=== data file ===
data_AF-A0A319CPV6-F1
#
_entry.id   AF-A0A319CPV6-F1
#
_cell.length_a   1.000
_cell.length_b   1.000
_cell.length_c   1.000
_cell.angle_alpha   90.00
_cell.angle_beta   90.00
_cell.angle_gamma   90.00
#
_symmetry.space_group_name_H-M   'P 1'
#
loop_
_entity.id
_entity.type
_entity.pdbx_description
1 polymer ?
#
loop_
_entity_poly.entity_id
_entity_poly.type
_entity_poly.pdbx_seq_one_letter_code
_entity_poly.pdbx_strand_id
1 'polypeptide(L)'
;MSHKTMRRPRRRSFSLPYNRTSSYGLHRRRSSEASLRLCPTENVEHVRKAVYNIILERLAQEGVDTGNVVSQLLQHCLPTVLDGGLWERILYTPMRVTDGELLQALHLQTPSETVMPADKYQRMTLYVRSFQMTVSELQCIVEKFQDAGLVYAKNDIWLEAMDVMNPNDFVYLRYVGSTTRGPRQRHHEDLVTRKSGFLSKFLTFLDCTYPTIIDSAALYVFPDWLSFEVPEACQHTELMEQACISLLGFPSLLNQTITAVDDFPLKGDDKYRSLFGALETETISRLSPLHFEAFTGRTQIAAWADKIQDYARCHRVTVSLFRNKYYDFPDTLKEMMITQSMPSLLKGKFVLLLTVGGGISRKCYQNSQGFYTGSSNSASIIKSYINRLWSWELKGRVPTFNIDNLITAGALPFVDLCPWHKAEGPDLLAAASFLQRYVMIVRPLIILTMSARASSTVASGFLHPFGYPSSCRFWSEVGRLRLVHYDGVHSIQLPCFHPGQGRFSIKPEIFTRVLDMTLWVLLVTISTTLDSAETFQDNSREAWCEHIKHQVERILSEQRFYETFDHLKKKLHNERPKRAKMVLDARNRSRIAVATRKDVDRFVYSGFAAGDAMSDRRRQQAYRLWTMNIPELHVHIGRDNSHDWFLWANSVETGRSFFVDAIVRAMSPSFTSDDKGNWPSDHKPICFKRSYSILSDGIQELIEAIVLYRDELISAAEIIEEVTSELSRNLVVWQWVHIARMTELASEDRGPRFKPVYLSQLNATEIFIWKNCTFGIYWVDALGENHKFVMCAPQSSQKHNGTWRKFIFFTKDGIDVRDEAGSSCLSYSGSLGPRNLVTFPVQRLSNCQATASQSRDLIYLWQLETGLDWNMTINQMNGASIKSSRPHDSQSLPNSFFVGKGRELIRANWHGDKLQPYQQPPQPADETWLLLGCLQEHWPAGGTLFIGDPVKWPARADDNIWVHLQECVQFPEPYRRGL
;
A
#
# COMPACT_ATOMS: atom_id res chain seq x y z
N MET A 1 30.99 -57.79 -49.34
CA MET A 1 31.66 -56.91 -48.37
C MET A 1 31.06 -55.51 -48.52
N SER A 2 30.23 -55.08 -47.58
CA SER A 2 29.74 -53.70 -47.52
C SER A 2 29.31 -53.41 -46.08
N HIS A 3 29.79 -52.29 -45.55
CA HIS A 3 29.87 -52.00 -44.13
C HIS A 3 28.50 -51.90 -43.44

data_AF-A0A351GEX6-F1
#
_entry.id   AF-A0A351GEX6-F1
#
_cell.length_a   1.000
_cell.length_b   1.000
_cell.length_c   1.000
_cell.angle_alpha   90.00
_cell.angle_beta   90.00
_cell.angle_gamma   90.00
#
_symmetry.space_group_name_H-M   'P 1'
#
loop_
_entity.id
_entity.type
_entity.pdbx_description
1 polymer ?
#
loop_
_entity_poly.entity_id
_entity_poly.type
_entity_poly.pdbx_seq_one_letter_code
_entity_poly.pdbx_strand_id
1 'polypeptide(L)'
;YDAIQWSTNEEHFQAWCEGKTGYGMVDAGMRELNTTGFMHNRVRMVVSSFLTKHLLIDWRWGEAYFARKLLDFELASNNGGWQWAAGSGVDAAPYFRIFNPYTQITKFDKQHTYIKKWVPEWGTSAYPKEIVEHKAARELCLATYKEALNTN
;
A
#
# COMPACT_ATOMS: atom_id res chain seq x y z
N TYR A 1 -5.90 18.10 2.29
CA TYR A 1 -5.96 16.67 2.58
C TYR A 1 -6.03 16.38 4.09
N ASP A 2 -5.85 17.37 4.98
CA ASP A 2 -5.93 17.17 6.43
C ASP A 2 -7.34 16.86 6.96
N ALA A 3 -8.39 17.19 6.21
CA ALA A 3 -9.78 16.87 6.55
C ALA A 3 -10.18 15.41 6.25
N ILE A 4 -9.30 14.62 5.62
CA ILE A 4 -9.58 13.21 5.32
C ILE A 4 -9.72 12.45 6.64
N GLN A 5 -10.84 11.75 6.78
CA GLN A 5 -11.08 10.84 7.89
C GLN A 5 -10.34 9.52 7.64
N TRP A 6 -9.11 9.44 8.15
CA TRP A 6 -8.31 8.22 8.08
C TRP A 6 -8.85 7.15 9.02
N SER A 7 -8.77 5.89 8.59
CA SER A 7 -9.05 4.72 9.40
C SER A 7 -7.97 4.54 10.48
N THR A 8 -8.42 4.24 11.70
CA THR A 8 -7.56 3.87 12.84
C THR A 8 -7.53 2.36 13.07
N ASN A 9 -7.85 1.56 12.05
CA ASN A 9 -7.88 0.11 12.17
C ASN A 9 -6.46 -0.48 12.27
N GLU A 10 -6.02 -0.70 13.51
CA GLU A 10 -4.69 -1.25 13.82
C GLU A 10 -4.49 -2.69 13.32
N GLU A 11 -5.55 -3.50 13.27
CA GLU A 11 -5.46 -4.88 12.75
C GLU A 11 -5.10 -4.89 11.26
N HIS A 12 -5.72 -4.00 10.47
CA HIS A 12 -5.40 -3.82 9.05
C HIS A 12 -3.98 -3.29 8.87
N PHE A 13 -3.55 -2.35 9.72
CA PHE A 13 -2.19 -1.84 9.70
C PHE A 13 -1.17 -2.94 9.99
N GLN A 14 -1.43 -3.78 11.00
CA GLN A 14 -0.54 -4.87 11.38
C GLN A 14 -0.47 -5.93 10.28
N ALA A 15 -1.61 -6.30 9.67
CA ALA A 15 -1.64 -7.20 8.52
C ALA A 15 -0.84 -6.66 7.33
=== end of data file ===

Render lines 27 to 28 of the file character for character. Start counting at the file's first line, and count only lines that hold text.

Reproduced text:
;
A